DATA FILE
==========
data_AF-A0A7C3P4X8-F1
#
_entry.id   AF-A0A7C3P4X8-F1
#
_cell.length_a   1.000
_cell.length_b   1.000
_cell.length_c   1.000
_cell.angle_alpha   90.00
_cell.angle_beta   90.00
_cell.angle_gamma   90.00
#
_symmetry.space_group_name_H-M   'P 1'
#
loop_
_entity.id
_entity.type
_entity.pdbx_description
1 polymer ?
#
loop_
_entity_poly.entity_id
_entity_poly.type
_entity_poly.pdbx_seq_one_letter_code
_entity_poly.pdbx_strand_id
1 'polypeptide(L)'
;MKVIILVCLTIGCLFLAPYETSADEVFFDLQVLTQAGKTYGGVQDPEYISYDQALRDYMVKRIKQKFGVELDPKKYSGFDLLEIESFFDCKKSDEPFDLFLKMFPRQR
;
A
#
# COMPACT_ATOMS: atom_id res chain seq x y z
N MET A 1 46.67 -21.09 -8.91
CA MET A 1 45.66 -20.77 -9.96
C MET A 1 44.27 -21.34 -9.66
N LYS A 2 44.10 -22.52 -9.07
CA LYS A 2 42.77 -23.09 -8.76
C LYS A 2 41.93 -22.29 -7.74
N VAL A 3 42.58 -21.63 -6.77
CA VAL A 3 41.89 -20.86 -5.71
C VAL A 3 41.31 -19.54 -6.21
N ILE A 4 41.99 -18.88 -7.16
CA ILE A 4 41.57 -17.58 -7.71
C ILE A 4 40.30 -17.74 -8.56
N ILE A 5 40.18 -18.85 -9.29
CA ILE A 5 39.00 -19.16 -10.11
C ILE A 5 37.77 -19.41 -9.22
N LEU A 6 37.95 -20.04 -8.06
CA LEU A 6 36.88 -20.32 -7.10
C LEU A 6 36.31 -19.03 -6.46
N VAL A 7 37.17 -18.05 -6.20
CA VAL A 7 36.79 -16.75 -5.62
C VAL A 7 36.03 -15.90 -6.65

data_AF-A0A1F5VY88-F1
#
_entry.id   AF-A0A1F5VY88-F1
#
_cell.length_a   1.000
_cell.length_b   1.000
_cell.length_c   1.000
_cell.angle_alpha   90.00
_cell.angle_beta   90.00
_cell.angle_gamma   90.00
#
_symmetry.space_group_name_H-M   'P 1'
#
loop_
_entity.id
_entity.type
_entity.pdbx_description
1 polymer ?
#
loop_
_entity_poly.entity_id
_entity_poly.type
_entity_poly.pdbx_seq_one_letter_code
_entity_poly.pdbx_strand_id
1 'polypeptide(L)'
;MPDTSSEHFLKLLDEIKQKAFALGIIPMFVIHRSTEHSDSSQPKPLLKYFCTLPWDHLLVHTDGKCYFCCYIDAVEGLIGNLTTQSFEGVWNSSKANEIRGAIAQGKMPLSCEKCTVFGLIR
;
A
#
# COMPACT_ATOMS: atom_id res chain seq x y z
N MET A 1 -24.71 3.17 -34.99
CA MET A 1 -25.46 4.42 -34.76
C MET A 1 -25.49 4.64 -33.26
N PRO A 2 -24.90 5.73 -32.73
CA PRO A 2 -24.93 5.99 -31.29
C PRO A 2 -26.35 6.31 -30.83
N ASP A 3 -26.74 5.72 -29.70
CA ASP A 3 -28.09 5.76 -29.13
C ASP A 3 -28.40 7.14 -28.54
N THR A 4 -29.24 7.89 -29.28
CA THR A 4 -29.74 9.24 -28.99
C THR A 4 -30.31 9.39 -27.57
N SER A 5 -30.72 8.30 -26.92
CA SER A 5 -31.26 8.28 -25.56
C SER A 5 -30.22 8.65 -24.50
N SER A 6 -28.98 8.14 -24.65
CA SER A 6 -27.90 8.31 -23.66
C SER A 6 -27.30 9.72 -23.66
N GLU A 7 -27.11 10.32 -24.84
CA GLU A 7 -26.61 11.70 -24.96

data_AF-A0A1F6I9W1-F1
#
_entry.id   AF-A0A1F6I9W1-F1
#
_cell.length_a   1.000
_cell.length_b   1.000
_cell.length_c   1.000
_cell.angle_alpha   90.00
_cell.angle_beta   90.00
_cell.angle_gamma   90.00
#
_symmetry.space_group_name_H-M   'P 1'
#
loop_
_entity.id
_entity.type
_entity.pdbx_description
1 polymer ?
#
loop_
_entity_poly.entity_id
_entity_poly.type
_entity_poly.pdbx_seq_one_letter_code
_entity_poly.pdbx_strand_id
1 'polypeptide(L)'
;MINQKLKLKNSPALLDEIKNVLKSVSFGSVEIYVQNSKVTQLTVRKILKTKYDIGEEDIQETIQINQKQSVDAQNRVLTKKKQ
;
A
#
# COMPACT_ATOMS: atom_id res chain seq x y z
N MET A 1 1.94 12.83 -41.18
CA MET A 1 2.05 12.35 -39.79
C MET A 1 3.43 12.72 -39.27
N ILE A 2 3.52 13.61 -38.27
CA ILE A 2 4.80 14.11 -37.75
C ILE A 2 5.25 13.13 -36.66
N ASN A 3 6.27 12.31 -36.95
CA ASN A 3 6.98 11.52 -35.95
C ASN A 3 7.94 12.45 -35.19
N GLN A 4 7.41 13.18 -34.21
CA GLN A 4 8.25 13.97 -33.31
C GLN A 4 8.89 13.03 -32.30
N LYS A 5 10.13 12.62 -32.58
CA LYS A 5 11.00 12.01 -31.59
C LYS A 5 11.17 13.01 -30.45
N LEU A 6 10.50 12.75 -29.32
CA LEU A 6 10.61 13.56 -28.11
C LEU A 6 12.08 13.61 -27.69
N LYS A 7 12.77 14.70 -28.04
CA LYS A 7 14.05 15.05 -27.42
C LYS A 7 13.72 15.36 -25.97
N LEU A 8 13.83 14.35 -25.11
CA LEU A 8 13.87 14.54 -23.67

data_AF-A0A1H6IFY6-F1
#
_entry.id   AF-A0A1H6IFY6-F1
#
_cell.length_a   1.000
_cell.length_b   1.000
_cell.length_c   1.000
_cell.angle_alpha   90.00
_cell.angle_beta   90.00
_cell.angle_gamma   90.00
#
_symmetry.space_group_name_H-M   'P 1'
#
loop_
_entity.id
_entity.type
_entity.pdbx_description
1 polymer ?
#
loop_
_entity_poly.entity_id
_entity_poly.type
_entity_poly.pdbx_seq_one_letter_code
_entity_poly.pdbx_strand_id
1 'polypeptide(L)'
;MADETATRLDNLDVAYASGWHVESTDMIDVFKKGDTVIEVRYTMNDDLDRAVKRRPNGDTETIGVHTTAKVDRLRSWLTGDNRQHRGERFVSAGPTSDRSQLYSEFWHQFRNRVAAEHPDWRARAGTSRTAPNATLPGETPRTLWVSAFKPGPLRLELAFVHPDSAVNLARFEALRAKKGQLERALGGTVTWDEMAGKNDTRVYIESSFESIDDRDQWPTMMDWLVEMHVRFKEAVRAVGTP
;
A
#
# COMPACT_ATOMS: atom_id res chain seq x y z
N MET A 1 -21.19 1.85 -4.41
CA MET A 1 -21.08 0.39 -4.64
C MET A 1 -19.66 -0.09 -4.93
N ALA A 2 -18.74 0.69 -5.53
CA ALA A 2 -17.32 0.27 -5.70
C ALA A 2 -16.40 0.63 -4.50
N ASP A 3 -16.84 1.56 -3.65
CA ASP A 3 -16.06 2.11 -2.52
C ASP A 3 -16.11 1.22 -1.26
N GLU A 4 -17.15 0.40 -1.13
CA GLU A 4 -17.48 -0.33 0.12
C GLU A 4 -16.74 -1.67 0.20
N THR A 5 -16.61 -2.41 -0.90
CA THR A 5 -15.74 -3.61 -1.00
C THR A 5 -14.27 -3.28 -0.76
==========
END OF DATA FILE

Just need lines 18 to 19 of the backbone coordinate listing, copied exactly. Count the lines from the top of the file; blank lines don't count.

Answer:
1 polymer ?
#